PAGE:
The Superhero's Shrink
By Bekah Wright
Published Jul 1, 2013 8:00 AM
DC Comics' Batman—who used his understanding of the criminal psyche to bring villains to justice—inspired Andrea Letamendi to pursue a career in human behavior.
Andrea Letamendi, a postdoctoral scholar in UCLA's Psychology Department, has a secret. Or you could call it patient confidentiality. Who's the client the clinical psychologist is protecting? Barbara Gordon—a.k.a. Batgirl.
Science fiction was a childhood passion for Letamendi, who bonded with her father over Star Wars, Indiana Jones and The Twilight Zone. By the sixth grade, she'd graduated to reading comics. True love struck that year when, every day after school, Letamendi tuned her television to Batman: The Animated Series.
"He didn't just get the bad guy; he learned about the villain's motives, their developmental and psychological histories," she recalls. "Every episode was almost a case conceptualization or profile of one of these villains, giving a deeper understanding of human behavior."
Letamendi's own interest in human behavior and psychology was born, leading her to earn a B.A. in psychology from Cornell University and a doctoral degree in clinical psychology through a joint program at San Diego State University and UC San Diego.
Batgirl was a referral from Gail Simone, author of the current Batgirl/DC Comics series. Recently, the superheroine had been brutally shot by the Joker and was undergoing horrific physical and psychological trauma.
Letamendi, who works regularly with patients facing adversity, loss and traumatic events, including soldiers returning from Iraq and Afghanistan, was a natural person from whom to seek counsel.
And so when Letamendi opened Issue 16 of Batgirl (March 2013), she saw a familiar name on the comic psychologist's door—hers. "It was a huge surprise to discover Simone had made me the clinician who treats Batgirl," she says of that moment. "Everything had come full-circle—Batman inspired me to get into psychology, and I end up with my name and character officially becoming part of the Batman/DC Comics canon. It's such an honor."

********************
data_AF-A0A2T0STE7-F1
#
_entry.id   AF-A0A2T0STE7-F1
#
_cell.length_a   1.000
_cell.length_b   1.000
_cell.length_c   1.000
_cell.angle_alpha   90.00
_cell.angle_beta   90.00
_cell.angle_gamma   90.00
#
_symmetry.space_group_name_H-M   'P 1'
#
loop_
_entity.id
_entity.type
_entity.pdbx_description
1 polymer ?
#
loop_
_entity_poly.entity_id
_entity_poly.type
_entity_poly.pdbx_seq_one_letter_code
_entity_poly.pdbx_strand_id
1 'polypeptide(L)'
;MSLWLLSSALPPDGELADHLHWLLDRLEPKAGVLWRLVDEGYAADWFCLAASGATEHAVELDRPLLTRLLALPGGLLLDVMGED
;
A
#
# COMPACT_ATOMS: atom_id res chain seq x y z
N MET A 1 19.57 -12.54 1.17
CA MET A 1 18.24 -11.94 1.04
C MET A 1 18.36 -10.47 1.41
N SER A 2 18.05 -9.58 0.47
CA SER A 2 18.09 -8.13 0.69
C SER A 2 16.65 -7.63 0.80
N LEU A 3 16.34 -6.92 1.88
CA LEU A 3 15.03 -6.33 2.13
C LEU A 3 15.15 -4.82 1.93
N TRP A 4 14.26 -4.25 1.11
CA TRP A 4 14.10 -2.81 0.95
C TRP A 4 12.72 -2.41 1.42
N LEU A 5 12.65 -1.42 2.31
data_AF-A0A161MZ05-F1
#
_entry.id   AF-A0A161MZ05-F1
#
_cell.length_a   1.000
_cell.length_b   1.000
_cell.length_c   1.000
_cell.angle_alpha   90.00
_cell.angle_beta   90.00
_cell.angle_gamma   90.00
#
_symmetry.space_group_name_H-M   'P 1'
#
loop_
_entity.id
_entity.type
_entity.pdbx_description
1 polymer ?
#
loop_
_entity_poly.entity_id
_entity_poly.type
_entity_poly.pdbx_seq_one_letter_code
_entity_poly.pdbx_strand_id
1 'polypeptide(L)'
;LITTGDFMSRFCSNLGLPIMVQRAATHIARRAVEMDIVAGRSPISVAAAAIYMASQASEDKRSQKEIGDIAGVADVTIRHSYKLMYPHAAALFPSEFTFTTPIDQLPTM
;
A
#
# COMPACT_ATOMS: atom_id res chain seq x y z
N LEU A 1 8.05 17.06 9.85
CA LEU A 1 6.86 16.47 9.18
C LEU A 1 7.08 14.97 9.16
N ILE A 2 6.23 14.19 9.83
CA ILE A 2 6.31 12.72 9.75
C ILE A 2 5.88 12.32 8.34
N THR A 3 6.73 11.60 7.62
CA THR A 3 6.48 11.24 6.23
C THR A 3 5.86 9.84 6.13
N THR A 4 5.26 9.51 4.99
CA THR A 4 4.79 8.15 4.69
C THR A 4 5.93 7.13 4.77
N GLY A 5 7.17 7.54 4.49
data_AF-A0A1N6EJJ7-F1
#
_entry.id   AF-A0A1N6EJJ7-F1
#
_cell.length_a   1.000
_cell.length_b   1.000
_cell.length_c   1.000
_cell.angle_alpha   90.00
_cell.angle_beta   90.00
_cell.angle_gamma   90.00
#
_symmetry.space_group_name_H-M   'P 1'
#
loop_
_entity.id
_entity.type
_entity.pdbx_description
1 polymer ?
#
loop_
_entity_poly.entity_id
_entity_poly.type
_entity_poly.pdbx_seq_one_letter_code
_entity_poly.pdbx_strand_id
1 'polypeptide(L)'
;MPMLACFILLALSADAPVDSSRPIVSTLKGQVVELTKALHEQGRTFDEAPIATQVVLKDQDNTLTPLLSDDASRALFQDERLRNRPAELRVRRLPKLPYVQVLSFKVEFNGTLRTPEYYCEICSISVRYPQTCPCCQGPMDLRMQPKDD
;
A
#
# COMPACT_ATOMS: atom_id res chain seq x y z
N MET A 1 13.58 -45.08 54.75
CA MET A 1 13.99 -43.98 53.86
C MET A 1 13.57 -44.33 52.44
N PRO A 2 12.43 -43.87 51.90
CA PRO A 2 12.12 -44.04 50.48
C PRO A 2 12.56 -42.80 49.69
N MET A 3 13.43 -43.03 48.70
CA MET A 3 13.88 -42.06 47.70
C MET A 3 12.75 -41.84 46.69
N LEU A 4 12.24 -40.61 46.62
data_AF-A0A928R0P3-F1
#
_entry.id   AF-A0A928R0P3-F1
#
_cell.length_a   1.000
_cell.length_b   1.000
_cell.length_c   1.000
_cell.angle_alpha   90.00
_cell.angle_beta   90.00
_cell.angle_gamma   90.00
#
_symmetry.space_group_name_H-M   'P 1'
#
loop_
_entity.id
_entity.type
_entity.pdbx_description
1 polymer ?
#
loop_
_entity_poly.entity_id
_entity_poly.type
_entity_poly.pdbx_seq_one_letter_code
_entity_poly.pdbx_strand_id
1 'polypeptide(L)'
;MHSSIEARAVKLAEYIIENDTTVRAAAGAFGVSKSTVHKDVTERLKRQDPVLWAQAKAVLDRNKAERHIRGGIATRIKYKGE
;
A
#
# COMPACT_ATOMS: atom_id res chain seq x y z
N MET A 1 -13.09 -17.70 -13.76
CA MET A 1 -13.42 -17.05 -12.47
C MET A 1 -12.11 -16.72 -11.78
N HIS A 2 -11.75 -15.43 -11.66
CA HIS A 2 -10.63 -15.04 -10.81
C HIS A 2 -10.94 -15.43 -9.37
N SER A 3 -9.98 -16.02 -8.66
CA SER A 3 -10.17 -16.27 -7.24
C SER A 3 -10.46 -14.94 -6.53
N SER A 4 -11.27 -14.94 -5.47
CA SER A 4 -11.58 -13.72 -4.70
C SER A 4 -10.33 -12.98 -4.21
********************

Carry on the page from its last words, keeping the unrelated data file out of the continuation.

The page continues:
As helpful as Letamendi has been to Batgirl, comics have done the same for the psychologist, who implements them in her daily work. "We don't have X-ray vision, telekinesis or super speed," she explains, "but there's something deeply meaningful and inspiring about seeing how these fictional characters encounter adversity."
Letamendi's seen the effect of comics and graphic novels on children firsthand. She works with Bruce Chorpita on Child STE Ps, part of UCLA's nationwide Child FIRST Program, which seeks to improve the effectiveness of mentalhealth services delivered to children via factors such as innovative treatment design and informationdelivery models. "Luke Skywalker, My Little Pony, Optimus Prime, Superman, Polly Pockets—those are kids' heroes. Once you find the thing a child is passionate about, that's how you connect. Comic books, graphic novels, science fiction and fantasy, all the stuff I loved as a kid, offer valuable aspects of therapeutic and learning tools for youth and adults."
Embracing Letamendi, too, was UCLA's Psychology Department when Issue 16 of Batgirl revealed her secret. "In the past, I'd been very mindful when mentioning that I speak on the comic conventions circuit about the psychology of superheroes and science fiction for fans who want to dig a little deeper," she says. "The psychology department and lab celebrated this side of me. That level of validation made me realize I can fully be myself at this institution and as a professional in the psychological field."